Earth Partnership: Community-Based Research into Tribal-School-University Partnerships that Deepen Indigenized STEM Teaching and Learning

Earth Partnership: Community-Based Research into Tribal-School-University Partnerships that Deepen Indigenized STEM Teaching and Learning


This Developing and Testing Innovations project addresses the need for greater Native representation in STEM education and STEM careers. This project will foster culturally sustaining learning for Indigenous youth in STEM by enhancing STEM education. Inter-Tribal, university and local school partners will collaborate to co-design an Indigenous environmental science curriculum and provide professional development and pedagogical support strategies for implementation in middle- and high-school classrooms and community settings. Tribal communities will guide university and school district partners in developing and testing place-based, technology-rich field experiences, that integrate Native language, ecological study, stewardship protocols, and seasonal practices. Using research-grade mobile technology tools learners will collect environmental data, test their hypotheses, and share across communities via digital Indigenous storytelling. In addition to developing, testing and implementing Indigenized environmental science curriculum, the team will study the partnership’s curriculum development process, roles, and key concepts to inform future Indigenous science curriculum co-development efforts. With co-funding by two NSF programs, this project will advance efforts of the Innovative Technology Experiences for Students and Teachers (ITEST) program, which supports projects that build understandings of practices, program elements, contexts and processes contributing to increasing students' knowledge and interest in science, technology, engineering, and mathematics (STEM) and information and communication technology (ICT) careers. Co-funding will further advance the Directorate of Geosciences’ (GEO) efforts related to the application of Traditional Ecological Knowledge to the geosciences. This project is the strategic next step in a series of NSF-funded projects that develop, test, refine, and study Indigenous Earth Science curriculum and pedagogical support for educators. The efficacy of processes, tools and activities of this project will be iteratively evaluated throughout the project. Concurrently, the project will explore larger questions about inter-Tribal, university and school district partnerships using community-based research methodology. Three research questions will guide this work. (1) What are the essential questions and key concepts that drive an effective Indigenized science curriculum? How can a curriculum value these broader questions while honoring and responding to the unique history, culture, language, and cosmology of each Native Nation? (2) What is the process for developing a collaborative, place-based curriculum in partnership with Tribal Leaders and community members, university staff, and middle and high school teachers? (3) What interconnected roles do tribal, university, and school partners play in enacting an Indigenized science curriculum? In what ways do/can curriculum developers leverage these various roles? What are the affordances and constraints of this collaboration? Data will include observations, semi-structured interviews, and focus groups with tribal leaders and community members, 180 youth and their family members from the Bad River, Red Cliff, Lac du Flambeau Bands of Ojibwe and Ho-Chunk Nation, and participating educators throughout the project. Findings will be disseminated to local, Native Nation, and National audiences. Multigenerational events will be used to disseminate project resources within local communities; findings will be shared with the eleven Ojibwe Native Nations and the twelve Native Nations in Wisconsin; and potentially relevant key concepts will be shared with other Native Nations to consider for adaptation. The project will widely disseminate processes for relationship-building and communications for co-developing Indigenized science curriculum to broadly engage and promote interest in STEM and STEM careers. This award reflects NSF's statutory mission and has been deemed worthy of support through evaluation using the Foundation's intellectual merit and broader impacts review criteria.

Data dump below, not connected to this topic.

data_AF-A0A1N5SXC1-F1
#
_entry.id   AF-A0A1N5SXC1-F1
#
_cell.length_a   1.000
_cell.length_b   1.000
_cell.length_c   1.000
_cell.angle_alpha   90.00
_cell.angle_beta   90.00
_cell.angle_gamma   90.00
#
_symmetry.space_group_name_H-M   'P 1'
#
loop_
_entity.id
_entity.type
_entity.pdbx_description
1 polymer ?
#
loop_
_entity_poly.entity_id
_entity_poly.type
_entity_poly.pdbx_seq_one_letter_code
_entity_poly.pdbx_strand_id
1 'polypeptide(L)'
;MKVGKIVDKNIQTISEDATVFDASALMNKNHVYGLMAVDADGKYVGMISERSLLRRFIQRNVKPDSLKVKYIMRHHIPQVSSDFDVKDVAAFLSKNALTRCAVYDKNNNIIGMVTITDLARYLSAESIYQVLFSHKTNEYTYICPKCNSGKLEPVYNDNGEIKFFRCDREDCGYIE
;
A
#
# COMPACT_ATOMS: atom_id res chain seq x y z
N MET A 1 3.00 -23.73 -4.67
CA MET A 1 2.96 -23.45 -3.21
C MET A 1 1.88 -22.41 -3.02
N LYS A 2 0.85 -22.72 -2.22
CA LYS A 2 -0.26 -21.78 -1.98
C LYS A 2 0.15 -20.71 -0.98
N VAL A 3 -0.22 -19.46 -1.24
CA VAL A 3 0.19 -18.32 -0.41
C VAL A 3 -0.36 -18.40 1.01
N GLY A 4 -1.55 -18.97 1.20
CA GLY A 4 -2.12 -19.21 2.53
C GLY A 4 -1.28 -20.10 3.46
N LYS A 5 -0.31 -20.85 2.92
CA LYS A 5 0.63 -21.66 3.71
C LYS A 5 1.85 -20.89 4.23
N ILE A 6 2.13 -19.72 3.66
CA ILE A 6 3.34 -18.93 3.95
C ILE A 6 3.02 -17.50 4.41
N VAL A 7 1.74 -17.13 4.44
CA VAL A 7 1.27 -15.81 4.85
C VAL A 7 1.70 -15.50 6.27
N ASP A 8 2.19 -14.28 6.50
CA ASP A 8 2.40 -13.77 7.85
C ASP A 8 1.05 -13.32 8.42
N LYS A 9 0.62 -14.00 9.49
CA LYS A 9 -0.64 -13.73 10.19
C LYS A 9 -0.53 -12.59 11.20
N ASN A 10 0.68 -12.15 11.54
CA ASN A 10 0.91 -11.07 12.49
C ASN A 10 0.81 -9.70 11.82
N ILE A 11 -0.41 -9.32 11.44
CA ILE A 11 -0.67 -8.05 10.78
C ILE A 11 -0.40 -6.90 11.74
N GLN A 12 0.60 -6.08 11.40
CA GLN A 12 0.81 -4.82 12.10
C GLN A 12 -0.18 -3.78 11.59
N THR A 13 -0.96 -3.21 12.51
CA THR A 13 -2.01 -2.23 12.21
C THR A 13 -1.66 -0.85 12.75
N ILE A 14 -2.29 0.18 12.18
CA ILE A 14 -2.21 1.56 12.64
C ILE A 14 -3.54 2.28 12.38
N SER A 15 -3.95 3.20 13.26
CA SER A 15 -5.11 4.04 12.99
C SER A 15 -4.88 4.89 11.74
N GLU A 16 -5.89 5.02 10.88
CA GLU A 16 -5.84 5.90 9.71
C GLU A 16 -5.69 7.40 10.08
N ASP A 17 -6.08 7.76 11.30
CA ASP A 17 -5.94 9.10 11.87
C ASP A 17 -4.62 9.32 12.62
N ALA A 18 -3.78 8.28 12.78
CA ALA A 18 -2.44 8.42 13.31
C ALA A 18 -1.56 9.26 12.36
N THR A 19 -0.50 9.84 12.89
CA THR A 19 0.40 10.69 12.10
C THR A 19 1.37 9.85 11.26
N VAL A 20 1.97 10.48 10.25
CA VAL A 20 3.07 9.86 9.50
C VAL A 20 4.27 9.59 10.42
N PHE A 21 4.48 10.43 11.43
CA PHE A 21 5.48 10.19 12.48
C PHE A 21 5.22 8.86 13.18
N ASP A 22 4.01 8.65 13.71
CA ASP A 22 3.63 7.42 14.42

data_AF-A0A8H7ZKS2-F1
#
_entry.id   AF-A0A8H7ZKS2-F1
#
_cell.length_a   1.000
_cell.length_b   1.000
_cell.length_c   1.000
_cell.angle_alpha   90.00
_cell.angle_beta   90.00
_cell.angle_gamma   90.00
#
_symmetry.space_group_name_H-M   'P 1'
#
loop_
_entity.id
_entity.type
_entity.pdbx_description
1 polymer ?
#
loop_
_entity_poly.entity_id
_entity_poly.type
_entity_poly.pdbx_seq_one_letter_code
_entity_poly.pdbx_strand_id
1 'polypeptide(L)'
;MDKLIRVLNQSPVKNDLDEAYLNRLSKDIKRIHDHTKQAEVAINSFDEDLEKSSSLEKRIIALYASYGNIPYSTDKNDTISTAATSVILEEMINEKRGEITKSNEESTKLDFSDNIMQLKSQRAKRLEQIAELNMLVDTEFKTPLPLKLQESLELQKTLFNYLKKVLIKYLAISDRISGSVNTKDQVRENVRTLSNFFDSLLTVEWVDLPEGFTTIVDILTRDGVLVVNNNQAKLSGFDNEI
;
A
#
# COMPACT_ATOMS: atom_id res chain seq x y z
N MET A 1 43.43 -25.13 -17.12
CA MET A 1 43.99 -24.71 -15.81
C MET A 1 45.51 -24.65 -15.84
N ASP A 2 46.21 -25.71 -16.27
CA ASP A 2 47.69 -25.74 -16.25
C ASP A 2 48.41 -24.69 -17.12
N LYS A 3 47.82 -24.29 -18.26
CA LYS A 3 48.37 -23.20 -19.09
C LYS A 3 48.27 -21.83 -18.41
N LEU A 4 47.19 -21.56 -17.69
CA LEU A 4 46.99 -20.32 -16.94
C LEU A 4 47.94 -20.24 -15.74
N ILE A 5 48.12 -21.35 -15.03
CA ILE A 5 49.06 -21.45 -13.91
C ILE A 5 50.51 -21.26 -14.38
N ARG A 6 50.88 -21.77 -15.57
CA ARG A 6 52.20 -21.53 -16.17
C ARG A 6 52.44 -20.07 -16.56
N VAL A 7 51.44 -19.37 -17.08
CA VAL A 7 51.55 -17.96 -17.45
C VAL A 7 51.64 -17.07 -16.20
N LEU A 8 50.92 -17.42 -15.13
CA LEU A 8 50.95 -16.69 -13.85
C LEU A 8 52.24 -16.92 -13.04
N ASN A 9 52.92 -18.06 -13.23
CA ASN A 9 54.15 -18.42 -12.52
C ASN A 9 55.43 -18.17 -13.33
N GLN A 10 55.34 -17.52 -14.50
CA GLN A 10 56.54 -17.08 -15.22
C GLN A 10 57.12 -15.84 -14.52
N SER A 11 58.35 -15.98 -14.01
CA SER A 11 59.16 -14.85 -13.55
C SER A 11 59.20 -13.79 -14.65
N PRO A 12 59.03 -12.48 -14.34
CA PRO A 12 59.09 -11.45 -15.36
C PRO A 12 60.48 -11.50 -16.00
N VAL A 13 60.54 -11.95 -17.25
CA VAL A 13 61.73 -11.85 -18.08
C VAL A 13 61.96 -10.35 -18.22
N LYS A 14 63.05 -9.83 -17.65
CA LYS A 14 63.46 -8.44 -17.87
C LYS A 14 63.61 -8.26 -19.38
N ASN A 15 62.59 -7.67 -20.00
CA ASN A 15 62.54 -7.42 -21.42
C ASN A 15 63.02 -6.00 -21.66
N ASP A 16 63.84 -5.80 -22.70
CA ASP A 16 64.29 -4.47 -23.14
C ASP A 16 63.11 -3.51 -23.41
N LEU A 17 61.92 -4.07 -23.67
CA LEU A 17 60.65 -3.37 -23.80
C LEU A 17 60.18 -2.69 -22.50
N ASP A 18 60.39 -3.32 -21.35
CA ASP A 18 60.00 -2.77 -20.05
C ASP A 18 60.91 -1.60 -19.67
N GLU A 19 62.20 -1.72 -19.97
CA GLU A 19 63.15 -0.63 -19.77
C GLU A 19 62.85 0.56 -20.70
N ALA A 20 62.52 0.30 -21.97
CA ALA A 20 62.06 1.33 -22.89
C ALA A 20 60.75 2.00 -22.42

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2021 - 2024


University of Wisconsin-Madison Madison, WI

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